Regenerative Design in Practice

The Vale Living with Lakes Centre

The quest for a sustainable architecture must ultimately embrace the challenge of ecological regeneration. This idea has gained traction internationally through the work of architects such as Sin van der Ryn and Bill Reed, while in Canada the movement has been led by Dr. Ray Cole at the University of British Columbia.

By Jim Taggart

For several years, Busby has worked with Cole and his team to develop a framework and methodology for Regenerative Design. While numerous presentations have been made and papers published, quantifiable metrics remain elusive, as the framework itself must embody the flexibility and dynamism of nature. As Busby observes in his latest book ‘Architecture’s New Edges’: “Instead of zeroing in on individual point-based targets, it must be designed to encompass entire interconnected ecological systems involving water, energy, materials, and land [earth]. As such, it does not lend itself well to becoming a quantifiable, codified model.”

Despite uncertainties about metrics, Busby’s firm Perkins+Will has adopted Regenerative Design principles as part of its philosophy, and tested aspects of the approach on several projects such as the Centre for Interactive Research on Sustainability [CIRS] and the VanDusen Botanical Garden Visitor Centre – both past winners of Canadian Green Building awards.
However, the most powerful example to date is the Vale Living With Lakes Centre for Applied Research in Environmental Restoration and Sustainability [LWL] located in Sudbury, Ontario, the longtime home to Canada’s largest nickel mines. In this challenging physical context, the project sets itself no less a goal than the amelioration of one of the country’s most notoriously damaged industrial landscapes.

Background
The history of mining in Sudbury dates back to the 1880s when blasting and excavation for the Canadian Pacific Railway revealed nickel-copper ore deposits in the rock formations on the edge of the Sudbury Basin. For almost a century, mining and logging operations wreaked environmental havoc in the area through clear-cutting and chemical poisoning from acid rain. By the 1960s these effects had decimated local flora and fauna and destroyed life in hundreds of lakes in the region. Such was the devastation, that NASA famously used Sudbury’s barren landscape for testing lunar vehicles for its Apollo program.

In the 1970s, cleaner smelting technology and taller smokestacks substantially diluted emissions and dispersed them over a much greater area, making environmental restoration and regeneration a viable proposition for the first time. Broad-based support for the community’s re-greening program was such that, at the Earth Summit in 1992, the City was honoured with one of only 12 local government awards presented by the United Nations.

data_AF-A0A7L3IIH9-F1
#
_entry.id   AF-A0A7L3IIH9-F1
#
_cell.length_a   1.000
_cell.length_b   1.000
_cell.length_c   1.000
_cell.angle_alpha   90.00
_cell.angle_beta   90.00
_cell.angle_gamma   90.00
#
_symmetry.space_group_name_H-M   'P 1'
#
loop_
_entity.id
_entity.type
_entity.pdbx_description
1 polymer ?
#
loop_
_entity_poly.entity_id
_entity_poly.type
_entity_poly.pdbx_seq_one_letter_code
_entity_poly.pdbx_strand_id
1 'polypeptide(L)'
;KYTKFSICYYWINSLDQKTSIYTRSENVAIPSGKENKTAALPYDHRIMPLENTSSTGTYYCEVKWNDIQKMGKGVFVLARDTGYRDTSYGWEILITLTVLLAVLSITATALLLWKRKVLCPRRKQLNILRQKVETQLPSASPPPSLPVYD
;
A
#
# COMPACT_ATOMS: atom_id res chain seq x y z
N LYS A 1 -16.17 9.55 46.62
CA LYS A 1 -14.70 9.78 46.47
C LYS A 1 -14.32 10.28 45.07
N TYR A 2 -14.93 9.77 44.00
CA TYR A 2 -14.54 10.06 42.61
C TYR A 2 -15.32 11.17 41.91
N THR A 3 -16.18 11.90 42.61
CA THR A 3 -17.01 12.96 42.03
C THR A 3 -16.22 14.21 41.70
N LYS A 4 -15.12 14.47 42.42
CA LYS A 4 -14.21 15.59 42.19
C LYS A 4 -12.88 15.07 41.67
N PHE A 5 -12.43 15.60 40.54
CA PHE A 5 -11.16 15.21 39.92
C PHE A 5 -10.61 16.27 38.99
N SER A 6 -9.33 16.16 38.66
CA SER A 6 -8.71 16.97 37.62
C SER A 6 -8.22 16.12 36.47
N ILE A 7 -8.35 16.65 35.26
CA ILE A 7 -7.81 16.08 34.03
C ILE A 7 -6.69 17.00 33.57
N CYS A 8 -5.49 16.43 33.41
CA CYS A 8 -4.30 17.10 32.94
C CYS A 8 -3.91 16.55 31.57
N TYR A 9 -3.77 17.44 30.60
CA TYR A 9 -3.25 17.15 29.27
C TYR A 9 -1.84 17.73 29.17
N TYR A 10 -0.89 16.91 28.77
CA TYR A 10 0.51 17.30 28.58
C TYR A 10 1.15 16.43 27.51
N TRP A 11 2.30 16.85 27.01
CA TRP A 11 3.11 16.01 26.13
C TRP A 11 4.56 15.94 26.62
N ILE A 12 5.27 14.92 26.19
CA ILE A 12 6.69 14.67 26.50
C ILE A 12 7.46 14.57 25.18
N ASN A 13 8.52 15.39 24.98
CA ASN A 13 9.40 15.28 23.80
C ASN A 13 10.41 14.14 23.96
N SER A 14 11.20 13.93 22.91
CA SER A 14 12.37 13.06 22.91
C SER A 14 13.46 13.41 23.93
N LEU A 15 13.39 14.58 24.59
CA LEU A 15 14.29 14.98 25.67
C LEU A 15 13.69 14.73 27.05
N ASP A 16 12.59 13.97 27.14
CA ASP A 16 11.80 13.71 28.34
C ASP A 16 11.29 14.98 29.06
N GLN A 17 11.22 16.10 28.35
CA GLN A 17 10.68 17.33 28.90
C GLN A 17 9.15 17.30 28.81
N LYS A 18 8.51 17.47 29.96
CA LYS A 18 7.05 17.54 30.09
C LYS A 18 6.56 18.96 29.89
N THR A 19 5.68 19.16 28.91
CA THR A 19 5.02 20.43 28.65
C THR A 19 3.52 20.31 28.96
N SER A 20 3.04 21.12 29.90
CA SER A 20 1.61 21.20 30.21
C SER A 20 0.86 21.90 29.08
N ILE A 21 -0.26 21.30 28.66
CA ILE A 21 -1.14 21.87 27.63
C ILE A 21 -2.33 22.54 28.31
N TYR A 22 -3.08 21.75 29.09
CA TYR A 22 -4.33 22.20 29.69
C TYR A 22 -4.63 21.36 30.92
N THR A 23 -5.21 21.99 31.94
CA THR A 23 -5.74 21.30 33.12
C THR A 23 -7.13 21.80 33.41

Even so, nearly 30,000 hectares of land remain to be rehabilitated, and the naturally pink-grey granite found throughout the region is still stained black from decades of smoke and acid rain.

The Challenge
Part of Laurentian University, the LWL facility was commissioned to house a research and monitoring institute dedicated to the protection and management of northern aquatic ecosystems. The site is located on the shore of Ramsey Lake, Sudbury’s drinking water reservoir and one of 330 lakes within the city limits. An immediate aspiration for the project was that the building should be understood and experienced as a manifestation of its purpose.

As Busby relates it, Dr John Gunn, an ecologist with 30 years experience in the Sudbury area and client for the project, was particularly concerned about two issues: “abundant heavy metals from the polluted air that had acidified rainfall over the years, moving heavy metals directly into local lakes with every storm event; and the continued imbalance of the lakes’ acidity.” Thus the design of the building sets out to address both these concerns.

Project Credits

  • Client Laurentian University
  • Architects Perkins + Will Architects in Association with J.L. Richards & Associates Limited
  • Structural Engineer Fast + Epp / J.L. Richards & Associates Limited
  • Mechanical Engineer Stantec Engineering / J.L. Richards & Associates Limited
  • Electrical Engineer K.L. Engineering
  • General Contractor Tribury Construction Inc.
  • Civil Engineer J.L. Richards & Associates Limited
  • Cost Consultant Hanscomb
  • Landscape Consultant PWL Partnership
  • Photos Tom Arban

Materials
Windows supplied by Alumicor , roofing membrane by Tremco , resilient flooring by Forbo Marmoleum, carpet tile by Interface , permeable pavers by Unilock .

Project performance

Energy intensity [building and process energy] 613 MJ/m2/year [Reduction relative to reference building 65%]
Potable water consumption from municipal sources 2,416 L/occupant/year [Reduction relative to reference building 63%]
Regionally-sourced materials [800km radius] by value 66%
Reclaimed and recycled materials by value 11%
Construction materials diverted from landfill 73%

Jim Taggart, FRAIC is the editor of SABMag.

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